The United States won the Solheim Cup on Sunday, thwarting Europes longshot bid for a comeback triumph in the womens match play golf showdown.

The Americans took a commanding five-point lead into the day's 12 singles matches at Des Moines Golf and Country Club in Iowa.

They reached the 14 1/2 points needed for an outright win when Lizette Salas sank a par putt at the 18th for a 1 up win over Jodi Ewart Shadoff of England.

"My hands are still shaking just thinking about it," Salas said.

But the Americans had been hurtling toward victory ever since Lexi Thompson's remarkable rally to halve the opening singles match with Sweden's Anna Nordqvist.

With captain Annika Sorenstam's Europe needing the biggest final-day comeback in Solheim Cup history to snatch the prize, Nordqvist set an early tone, winning the first four holes as Thompson struggled.

But the American came alive on the back nine with a gutsy display that included holing out for an eagle at the 11th and an eagle at 15 to square the match.

Thompson, who was eight-under on the back nine, won the 16th with a birdie to take a 1 up lead that she took to 18 after both players bogeyed the par-three 17th.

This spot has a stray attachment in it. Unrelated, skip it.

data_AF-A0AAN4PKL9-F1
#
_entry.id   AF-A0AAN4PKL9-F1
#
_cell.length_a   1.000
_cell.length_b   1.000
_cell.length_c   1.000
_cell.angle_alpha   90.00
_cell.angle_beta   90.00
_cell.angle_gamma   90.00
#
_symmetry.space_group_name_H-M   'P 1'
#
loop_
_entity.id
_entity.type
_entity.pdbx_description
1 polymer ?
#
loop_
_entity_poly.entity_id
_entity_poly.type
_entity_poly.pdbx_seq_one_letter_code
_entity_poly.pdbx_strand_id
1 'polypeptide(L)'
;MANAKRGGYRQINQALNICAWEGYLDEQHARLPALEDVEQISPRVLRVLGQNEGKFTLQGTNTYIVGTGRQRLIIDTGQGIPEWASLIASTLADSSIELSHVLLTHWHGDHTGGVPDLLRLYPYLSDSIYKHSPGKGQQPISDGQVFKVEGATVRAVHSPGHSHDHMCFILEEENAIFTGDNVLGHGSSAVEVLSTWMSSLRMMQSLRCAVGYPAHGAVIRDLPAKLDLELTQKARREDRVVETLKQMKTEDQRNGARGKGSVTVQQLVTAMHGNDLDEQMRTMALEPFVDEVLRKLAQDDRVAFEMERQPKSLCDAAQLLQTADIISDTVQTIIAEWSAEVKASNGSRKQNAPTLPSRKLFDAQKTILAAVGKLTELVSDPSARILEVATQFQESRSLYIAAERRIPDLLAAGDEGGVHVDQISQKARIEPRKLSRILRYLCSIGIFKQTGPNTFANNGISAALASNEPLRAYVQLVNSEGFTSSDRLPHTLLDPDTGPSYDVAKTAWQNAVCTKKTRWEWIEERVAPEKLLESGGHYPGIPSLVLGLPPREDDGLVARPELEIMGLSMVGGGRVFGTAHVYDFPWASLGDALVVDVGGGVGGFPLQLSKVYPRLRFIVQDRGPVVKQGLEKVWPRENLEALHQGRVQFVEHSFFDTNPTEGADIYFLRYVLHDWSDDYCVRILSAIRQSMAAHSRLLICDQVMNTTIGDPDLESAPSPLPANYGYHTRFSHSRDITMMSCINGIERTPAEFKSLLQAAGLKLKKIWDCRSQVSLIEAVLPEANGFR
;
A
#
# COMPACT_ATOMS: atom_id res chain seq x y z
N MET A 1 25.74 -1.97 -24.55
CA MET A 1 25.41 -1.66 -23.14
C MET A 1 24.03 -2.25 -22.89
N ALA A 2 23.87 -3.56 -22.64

Thompson was on the green in two at the last when Nordqvist fired her approach to within two feet. Thompson conceded the birdie putt, and when she couldn't get her own long birdie attempt to drop the match ended halved.

"It was probably fitting that they both got half a point, they both played amazing," US captain Juli Inkster said.

The United States continued to edge closer to the goal as veteran Cristie Kerr closed out a 2 & 1 victory over England's Mel Reid and Paula Creamer defeated England's Georgia Hall 1 up.

Germany's Caroline Masson helped keep European hopes alive with a 4 & 2 win over Michelle Wie.

And Scottish veteran Catriona Matthew, pressed into playing duty only when Suzann Pettersen pulled out late with an injury, rallied from 3 down through 11 holes to beat Stacy Lewis 1 up.

But when 18-year-old Angel Yin halved her match with France's Karine Icher, with Salas assured of at least halving hers, the Americans were certain of the 14 points they needed to keep the cup.

Salas's win ensured it would be an outright victory, with only the final points tally left to be determined by the remaining matches.

"We just got out-played, there's no doubt about it," said Sorenstam, adding she was proud of her players' determination in the face of adversity.

"They were out there fighting for every single point," she said.